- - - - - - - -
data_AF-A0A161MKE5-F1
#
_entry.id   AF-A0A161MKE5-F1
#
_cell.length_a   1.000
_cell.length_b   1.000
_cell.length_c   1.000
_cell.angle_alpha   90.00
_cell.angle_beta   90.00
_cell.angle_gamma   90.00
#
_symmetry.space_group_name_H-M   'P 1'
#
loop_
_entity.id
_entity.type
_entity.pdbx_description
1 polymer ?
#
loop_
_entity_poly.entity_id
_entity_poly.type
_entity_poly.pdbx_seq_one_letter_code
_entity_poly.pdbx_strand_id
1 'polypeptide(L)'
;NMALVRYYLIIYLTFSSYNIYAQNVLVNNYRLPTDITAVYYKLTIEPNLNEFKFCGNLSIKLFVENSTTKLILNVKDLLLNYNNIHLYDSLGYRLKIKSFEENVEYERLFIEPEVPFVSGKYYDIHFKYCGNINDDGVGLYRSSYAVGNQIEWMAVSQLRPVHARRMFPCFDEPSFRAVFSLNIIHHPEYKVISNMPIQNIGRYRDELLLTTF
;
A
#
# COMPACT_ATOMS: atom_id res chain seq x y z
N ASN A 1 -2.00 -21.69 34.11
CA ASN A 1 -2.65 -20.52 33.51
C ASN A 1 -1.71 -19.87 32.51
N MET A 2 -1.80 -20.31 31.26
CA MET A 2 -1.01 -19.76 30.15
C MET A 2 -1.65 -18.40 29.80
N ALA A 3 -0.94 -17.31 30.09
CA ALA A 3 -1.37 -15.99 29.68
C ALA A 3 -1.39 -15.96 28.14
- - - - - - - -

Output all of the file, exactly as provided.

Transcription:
data_AF-A0A161MKE5-F1
#
_entry.id   AF-A0A161MKE5-F1
#
_cell.length_a   1.000
_cell.length_b   1.000
_cell.length_c   1.000
_cell.angle_alpha   90.00
_cell.angle_beta   90.00
_cell.angle_gamma   90.00
#
_symmetry.space_group_name_H-M   'P 1'
#
loop_
_entity.id
_entity.type
_entity.pdbx_description
1 polymer ?
#
loop_
_entity_poly.entity_id
_entity_poly.type
_entity_poly.pdbx_seq_one_letter_code
_entity_poly.pdbx_strand_id
1 'polypeptide(L)'
;NMALVRYYLIIYLTFSSYNIYAQNVLVNNYRLPTDITAVYYKLTIEPNLNEFKFCGNLSIKLFVENSTTKLILNVKDLLLNYNNIHLYDSLGYRLKIKSFEENVEYERLFIEPEVPFVSGKYYDIHFKYCGNINDDGVGLYRSSYAVGNQIEWMAVSQLRPVHARRMFPCFDEPSFRAVFSLNIIHHPEYKVISNMPIQNIGRYRDELLLTTF
;
A
#
# COMPACT_ATOMS: atom_id res chain seq x y z
N ASN A 1 -2.00 -21.69 34.11
CA ASN A 1 -2.65 -20.52 33.51
C ASN A 1 -1.71 -19.87 32.51
N MET A 2 -1.80 -20.31 31.26
CA MET A 2 -1.01 -19.76 30.15
C MET A 2 -1.65 -18.40 29.80
N ALA A 3 -0.94 -17.31 30.09
CA ALA A 3 -1.37 -15.99 29.68
C ALA A 3 -1.39 -15.96 28.14